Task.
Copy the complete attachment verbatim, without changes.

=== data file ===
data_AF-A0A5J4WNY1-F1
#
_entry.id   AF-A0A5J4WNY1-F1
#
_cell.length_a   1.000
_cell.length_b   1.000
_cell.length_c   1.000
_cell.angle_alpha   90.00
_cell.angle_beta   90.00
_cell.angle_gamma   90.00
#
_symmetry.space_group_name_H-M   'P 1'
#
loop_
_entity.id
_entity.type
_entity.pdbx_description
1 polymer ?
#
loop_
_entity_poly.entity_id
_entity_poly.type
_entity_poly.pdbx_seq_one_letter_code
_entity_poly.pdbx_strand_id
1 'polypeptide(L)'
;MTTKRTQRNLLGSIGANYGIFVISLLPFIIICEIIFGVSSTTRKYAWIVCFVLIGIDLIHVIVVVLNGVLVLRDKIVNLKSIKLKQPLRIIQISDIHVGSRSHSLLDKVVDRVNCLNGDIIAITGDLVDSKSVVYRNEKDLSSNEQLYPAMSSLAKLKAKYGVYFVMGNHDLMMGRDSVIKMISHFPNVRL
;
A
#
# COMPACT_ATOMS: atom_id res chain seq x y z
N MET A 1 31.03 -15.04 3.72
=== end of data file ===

data_AF-A0A5J4WNY1-F1
#
_entry.id   AF-A0A5J4WNY1-F1
#
_cell.length_a   1.000
_cell.length_b   1.000
_cell.length_c   1.000
_cell.angle_alpha   90.00
_cell.angle_beta   90.00
_cell.angle_gamma   90.00
#
_symmetry.space_group_name_H-M   'P 1'
#
loop_
_entity.id
_entity.type
_entity.pdbx_description
1 polymer ?
#
loop_
_entity_poly.entity_id
_entity_poly.type
_entity_poly.pdbx_seq_one_letter_code
_entity_poly.pdbx_strand_id
1 'polypeptide(L)'
;MTTKRTQRNLLGSIGANYGIFVISLLPFIIICEIIFGVSSTTRKYAWIVCFVLIGIDLIHVIVVVLNGVLVLRDKIVNLKSIKLKQPLRIIQISDIHVGSRSHSLLDKVVDRVNCLNGDIIAITGDLVDSKSVVYRNEKDLSSNEQLYPAMSSLAKLKAKYGVYFVMGNHDLMMGRDSVIKMISHFPNVRL
;
A
#
# COMPACT_ATOMS: atom_id res chain seq x y z
N MET A 1 31.03 -15.04 3.72